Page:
The final feature shown in the picture below is the panel covering the bottom of the frame. This is a tricky cut. You will need to measure all the obstructions (vertical post locations) insied the frame fairly closely. Draw them out with a pencil on a piece of cover material and cut out carefully with a hand jig saw (a rotary saw or hand coping saw could also be used if you do not have a hand jigsaw). The piece is attached with glue and 3d finishing nails.
Covering up the Frame
Now comes the task of covering the frame. It is simply a matter of measuring, marking and cutting the sheeting. Try to lay out the cover pieces so that you get the most from each sheet of material. Glue and nail with 3d finish nails. If you want to hide the nail heads, sink them with a center punch, and fill the holes with wood putty. Note that the back of the frame does not need to be covered unless it will be exposed to view.
Now comes the trim. Again, measure each pice, and cut carefully to get a good fit. If you have the skill and a miter box, you can miter the trim corners. If not, just do lap joints. If you do lap joints, cut the front trim so that it is long enough to cover the ends of the side trim. That way, the joints face to the side, rather than the front. My preference is to have the top trim conceal the frame of the tank, particularly if the frame is a different color than the finished stand.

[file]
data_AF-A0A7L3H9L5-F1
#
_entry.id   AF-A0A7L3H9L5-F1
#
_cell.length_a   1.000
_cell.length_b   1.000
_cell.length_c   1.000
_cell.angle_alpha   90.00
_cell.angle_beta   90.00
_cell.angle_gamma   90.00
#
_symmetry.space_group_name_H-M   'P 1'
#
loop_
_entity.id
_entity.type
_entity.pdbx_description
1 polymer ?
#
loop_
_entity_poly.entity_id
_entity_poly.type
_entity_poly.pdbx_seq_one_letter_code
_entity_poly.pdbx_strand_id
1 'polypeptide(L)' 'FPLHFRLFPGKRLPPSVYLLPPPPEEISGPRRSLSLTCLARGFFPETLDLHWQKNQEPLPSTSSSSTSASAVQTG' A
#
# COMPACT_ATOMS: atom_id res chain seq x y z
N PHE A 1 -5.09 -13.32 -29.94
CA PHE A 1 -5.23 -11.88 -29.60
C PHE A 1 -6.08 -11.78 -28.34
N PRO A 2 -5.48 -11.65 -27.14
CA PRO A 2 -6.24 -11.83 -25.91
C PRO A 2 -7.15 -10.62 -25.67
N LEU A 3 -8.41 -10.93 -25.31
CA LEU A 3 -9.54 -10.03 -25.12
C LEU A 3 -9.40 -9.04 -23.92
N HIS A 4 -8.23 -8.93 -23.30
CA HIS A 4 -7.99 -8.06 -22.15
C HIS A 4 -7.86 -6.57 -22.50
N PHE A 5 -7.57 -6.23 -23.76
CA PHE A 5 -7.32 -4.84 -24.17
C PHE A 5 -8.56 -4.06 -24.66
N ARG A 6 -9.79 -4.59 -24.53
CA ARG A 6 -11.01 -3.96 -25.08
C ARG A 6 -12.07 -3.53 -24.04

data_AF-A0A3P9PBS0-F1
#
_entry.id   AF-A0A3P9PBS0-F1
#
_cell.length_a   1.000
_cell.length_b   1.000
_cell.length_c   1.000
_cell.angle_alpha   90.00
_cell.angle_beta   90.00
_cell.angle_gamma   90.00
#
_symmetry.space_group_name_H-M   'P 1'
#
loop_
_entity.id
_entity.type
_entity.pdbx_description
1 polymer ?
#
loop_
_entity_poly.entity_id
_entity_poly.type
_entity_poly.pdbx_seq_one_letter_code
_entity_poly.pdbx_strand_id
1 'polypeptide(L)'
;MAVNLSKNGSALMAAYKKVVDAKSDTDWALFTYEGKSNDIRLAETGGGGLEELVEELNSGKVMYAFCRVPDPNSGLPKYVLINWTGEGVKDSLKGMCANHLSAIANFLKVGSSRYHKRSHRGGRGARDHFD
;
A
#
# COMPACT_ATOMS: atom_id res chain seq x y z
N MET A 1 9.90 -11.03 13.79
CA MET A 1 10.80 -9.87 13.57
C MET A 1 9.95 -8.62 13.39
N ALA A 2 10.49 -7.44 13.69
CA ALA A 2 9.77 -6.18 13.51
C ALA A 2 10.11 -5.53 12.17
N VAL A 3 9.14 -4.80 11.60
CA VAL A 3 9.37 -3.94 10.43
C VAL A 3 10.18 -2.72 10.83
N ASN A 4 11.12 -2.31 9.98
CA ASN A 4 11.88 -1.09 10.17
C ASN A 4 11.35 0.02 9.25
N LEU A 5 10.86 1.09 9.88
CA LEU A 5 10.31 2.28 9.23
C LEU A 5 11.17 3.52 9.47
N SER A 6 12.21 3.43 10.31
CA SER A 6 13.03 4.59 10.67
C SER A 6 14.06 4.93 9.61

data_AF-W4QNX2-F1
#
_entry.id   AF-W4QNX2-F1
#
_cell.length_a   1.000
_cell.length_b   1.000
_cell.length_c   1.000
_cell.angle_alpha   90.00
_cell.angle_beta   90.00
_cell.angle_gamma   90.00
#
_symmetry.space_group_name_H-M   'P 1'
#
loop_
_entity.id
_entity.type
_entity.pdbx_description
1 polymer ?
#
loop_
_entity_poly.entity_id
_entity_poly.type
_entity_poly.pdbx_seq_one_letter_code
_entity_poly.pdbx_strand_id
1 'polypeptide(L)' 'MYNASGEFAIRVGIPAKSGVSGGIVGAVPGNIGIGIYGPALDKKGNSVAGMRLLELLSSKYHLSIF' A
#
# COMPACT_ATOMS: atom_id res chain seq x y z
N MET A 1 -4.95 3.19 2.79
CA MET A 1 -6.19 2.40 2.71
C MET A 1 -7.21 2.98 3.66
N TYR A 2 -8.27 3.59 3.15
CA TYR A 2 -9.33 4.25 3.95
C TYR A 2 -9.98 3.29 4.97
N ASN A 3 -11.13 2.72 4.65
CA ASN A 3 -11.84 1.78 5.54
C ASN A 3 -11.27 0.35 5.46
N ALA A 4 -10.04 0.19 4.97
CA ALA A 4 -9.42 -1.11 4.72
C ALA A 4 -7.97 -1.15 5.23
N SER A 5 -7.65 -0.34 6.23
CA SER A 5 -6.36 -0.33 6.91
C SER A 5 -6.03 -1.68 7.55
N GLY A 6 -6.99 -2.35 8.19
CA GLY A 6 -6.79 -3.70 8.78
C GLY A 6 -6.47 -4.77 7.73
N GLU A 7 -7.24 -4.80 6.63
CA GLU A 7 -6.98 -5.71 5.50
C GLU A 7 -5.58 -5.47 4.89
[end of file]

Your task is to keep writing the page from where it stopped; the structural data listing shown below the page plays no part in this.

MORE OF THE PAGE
Here is a pic with more of the trim applied:
Finishing the Job
Once the trim is done, it is time to finish the wood. I used a light oak polyurethane stain. You can select your finish based on the material you are using and the trim on the tank. Below is the stand with one coat of finish. The pre-fab doors are laying across the top of the stand to dry.
Depending on the finish you select, you will probably need from 1 to 3 coats of finish. Follow the directions as far as sanding between coats. When you are done with the finish, atach the doors, and you are done:
Some other features that may make your stand more useful include shelves, lights, and outlet strips. Use your imagination.
For my 55 gallon tank, I used a slightly altered design. If felt that the tank might be a little top heavy if the stand had the same footprint as the tank. Accordingly, I built out the base into a pedestal using extra layers of 2x4s around the bottom. I then covered this pedestal in a similar fashion to the main frame. This is the end result: